As data scientists, a great deal of time is often spent getting data into a particular format. It is overly-ambitious to claim that we have solved this problem, but we try to reduce the time spent cleaning data.
The format we use is similar to Prolog, but with a clear distinction between data and programs.
Machine Learning is often described as learning a function over a vector \(x\) such that we can learn a target value \(y\).
The terms we invoke to describe these functions are Positives, Negatives, Facts, and Background Knowledge.
- Positive examples are true (or correct) examples that we want to learn from.
- Negative examples are false (or incorrect), examples that we do not want to do.
- Facts are features we use to learn. We make the assumption that some combination of the facts can be used to distinguish between positives and negatives.
- Background Knowledge comes in many forms, but is a way to introduce more information to learn more effectively. If a classifier is learning to distinguish handwritten digits, extra negative examples might be created by rotating digits. Background Knowledge about this domain might involve not rotating “6” and “9”, since they are identical when rotated.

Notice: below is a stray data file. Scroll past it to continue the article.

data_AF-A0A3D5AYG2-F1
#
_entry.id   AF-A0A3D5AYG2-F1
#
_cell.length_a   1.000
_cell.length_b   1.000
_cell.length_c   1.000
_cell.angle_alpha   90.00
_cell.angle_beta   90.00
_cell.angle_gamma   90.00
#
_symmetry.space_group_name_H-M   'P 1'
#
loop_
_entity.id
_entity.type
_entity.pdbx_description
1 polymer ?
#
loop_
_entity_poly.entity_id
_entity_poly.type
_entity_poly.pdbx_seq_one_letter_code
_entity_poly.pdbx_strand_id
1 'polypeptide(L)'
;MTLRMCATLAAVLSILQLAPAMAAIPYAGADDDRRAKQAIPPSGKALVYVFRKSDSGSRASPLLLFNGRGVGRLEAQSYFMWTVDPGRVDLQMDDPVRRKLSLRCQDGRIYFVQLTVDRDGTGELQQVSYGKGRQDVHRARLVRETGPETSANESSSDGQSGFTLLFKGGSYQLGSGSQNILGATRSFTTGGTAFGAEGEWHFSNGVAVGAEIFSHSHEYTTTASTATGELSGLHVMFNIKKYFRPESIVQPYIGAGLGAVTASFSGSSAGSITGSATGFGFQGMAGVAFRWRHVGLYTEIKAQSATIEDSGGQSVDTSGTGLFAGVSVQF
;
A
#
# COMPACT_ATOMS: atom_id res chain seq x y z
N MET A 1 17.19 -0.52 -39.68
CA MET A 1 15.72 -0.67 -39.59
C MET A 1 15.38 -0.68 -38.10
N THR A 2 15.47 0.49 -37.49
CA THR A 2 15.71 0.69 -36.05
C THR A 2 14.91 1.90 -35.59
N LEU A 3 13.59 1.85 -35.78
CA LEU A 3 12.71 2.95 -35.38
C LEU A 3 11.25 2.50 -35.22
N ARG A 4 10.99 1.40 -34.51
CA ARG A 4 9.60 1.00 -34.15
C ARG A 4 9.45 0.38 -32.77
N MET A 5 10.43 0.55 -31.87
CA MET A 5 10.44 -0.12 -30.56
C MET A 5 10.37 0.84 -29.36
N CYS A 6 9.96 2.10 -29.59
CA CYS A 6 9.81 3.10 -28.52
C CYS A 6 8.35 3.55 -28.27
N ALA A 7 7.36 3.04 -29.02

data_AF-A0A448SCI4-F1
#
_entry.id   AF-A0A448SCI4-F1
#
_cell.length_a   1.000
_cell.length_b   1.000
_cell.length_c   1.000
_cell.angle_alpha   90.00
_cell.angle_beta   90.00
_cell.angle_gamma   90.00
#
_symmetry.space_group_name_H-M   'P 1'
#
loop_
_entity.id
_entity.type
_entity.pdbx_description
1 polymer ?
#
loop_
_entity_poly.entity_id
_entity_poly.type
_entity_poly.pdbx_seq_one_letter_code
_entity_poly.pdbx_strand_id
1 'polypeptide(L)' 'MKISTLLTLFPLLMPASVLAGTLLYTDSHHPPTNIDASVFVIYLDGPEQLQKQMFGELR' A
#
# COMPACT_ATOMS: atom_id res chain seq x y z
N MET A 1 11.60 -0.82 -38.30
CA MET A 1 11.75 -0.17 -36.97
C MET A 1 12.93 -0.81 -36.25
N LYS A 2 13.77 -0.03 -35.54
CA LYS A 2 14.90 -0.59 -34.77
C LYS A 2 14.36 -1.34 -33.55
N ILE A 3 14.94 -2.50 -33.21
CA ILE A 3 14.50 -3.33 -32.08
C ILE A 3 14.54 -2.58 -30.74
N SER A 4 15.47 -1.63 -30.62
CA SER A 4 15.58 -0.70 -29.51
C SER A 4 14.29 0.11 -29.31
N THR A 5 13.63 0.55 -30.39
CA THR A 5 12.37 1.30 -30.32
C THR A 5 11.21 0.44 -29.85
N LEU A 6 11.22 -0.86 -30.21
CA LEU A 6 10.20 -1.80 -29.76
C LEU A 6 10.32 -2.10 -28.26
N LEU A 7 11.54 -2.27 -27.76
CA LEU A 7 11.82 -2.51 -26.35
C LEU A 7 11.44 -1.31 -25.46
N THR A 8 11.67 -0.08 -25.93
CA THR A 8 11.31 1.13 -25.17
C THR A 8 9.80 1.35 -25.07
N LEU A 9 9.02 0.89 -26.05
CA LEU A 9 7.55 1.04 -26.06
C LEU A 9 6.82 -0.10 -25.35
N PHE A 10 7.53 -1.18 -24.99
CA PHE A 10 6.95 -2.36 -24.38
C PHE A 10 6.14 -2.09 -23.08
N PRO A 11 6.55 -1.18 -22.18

Background Knowledge is often described as the “black magic” or “expert knowledge” in machine learning. Many of our methods are designed to effectively incorporate this kind of knowledge, and solicit it in a variety of ways.
Positives, negatives, and facts are contained in
facts.txt. Some examples are contained in the
testDomains directory at the base of this repository.
ha(p2) ha(p3) ha(p4) ha(p5) ha(p7) ha(p8) ha(p9) ha(p10)
chol(p1,high) race(p1,r1) chol(p2,medium) race(p2,r1) chol(p3,medium) race(p3,r1) chol(p4,medium) race(p4,r1) chol(p5,low) race(p5,r1) chol(p6,high) race(p6,r2) chol(p7,medium) race(p7,r2) chol(p8,medium) race(p8,r2) chol(p9,medium) race(p9,r2) chol(p10,low) race(p10,r2)
ha(person) chol(+person,[low;medium;high]) race(+person,[r1;r2])
The latter are inspired by the FOIL method and paper.